I heard last time we were here that you and Mary Ann were planning a trip to the GL Riviera Maya. I hope they clean the beach before you arrive.
What is Sargassum? A form of seaweed. And there is a lot of it. And did you know that "Sargassum reproduction is asexual, which means that every bit of the same species could probably be traced back to its original ancestor; therefore, some consider it the largest organism in the world!" Also, some scientists feel there is less of it now than before. It largely hangs out in the Sargassum Sea, which is a borderless sea in the Atlantic.
We took the liberty to look into Sargassum and found the following from a knowledgeable dive site. Here is a recent article that appeared on akumaldiveshop.com:
Well, there you have it. A fellow Aimfair member opened the door to some very interesting information about living organisms in the sea that we certainly did not know about.
SARGASSUM: THE WHAT, WHERE, AND WHY OF THIS SEAWEEDhttp://akumaldiveshop.com/sargassum-the-what-where-and-why-of-this-seaweed/
Posted August 18 at 14:36h in Uncategorized byakumaldi
6 Comments, 21 Likes
“The open sea is like a desert, and sargassum is an oasis in that desert” — Blair Witherington, Research Scientist
Have you seen this on the beach lately?
Sargassum has been washing ashore on Caribbean beaches, in massive amounts, since last summer – although reports of unprecedented levels of this phenomenon have been documented since 2011 on the shoreline of the Riviera Maya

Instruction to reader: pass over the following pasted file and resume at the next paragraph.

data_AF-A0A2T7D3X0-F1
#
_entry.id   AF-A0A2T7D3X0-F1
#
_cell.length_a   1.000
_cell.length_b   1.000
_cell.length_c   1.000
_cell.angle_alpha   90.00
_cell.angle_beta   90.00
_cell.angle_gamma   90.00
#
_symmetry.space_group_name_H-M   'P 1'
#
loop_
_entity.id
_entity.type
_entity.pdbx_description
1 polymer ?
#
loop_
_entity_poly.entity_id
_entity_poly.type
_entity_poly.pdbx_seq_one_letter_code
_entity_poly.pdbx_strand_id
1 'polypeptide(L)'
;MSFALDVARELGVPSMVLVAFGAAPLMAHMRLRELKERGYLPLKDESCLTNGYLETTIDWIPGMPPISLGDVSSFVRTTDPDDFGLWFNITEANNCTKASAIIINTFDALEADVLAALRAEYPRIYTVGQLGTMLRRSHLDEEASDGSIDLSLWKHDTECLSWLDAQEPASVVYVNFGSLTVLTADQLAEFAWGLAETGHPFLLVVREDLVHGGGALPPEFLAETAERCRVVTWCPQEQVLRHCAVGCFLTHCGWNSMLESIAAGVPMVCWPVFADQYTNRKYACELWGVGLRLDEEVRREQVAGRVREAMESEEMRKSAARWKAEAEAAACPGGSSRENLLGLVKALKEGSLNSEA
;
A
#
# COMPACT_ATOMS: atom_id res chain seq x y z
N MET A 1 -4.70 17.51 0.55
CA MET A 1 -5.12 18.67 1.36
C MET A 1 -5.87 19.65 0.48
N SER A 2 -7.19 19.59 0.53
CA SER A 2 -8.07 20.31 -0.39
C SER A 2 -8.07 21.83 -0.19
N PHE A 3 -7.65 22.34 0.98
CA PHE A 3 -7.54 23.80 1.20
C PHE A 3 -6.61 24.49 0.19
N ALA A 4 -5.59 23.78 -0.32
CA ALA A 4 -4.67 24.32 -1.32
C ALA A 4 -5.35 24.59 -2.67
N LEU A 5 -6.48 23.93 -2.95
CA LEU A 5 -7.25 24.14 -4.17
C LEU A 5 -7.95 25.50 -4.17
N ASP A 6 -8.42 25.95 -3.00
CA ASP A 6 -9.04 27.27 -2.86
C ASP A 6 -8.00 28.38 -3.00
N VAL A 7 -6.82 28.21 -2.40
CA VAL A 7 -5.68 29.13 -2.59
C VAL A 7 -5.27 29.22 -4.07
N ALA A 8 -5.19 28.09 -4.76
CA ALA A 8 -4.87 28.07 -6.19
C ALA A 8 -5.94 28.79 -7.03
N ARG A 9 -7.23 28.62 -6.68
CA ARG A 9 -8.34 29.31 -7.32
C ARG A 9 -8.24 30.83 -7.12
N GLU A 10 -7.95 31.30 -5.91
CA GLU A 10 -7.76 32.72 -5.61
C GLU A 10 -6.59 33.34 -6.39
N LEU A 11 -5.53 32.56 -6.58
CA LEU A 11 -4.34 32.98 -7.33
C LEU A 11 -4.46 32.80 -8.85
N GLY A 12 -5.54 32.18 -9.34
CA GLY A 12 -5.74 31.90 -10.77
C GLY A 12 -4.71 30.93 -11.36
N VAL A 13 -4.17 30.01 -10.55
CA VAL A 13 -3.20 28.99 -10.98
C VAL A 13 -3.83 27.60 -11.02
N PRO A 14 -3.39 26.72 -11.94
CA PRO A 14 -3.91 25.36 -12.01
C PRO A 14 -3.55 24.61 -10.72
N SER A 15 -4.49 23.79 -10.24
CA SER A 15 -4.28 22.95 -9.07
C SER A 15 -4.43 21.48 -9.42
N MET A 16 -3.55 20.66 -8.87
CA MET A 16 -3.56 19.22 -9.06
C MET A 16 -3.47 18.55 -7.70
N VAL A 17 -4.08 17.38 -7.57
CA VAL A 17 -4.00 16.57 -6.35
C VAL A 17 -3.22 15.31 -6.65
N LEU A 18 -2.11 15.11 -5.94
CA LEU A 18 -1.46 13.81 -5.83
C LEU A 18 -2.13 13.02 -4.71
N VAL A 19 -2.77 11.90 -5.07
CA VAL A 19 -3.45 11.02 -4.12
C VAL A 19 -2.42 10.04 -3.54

What is it?
It’s called Sargassum, brown algae (seaweed), a term coined by Portuguese sailors—which has even been attributed to Christopher Columbus (1492 expedition: first time someone reported crossing the Sargasso Sea). Today, many, many, species of Sargassum have been identified; however, Sargassum natans and Sargassum fluitans are the most relevant to us.
At first glance, beach-lovers might view it as nothing more than a foul-smelling annoyance (and sure, you may want to keep your distance once it starts to decompose); however, do remember that the once floating mats were home to (and source of food for) a huge variety of sea life. In fact, several creatures, like the Sargassum fish (a type of frogfish), are born, reproduce, and die solely within this environment!
Sargassum is a prime nursery habitat for a diversity of large fish, such as mahi mahi (a.k.a. dorado, dolphin), sailfish, jacks, amberjacks, etc.
Where did it come from?
Local experts think this particular bout of Sargassum originated off the coast of South America. When ocean conditions are ripe, pelagic (i.e., living in the open ocean) sargassum can form “islands” a few acres across (3-5 ft. deep). Sargassum can survive a wide range of temperature and salinity; therefore, you’ll find it floating in every ocean except the Antarctic… and (pardon a pun) currently on our shores, plenty of it!